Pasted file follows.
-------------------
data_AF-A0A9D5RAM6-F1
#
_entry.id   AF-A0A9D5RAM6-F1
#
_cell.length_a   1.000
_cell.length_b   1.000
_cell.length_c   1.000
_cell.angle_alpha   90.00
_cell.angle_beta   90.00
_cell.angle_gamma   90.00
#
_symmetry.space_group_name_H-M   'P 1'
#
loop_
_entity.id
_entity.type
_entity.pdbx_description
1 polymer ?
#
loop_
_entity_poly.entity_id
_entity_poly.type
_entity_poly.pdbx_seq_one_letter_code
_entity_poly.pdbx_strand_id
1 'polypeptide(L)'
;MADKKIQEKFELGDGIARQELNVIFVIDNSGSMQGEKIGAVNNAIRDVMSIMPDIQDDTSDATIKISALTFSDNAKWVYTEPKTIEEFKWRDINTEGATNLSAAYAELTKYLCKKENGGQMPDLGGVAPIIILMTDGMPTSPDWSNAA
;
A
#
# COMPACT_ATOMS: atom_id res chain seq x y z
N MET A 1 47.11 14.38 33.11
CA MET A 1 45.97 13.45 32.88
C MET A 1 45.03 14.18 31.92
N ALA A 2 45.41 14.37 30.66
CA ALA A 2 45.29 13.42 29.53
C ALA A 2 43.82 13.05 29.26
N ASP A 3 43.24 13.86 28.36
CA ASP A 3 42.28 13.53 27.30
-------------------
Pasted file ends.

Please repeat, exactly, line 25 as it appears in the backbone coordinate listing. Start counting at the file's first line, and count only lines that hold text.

1 'polypeptide(L)'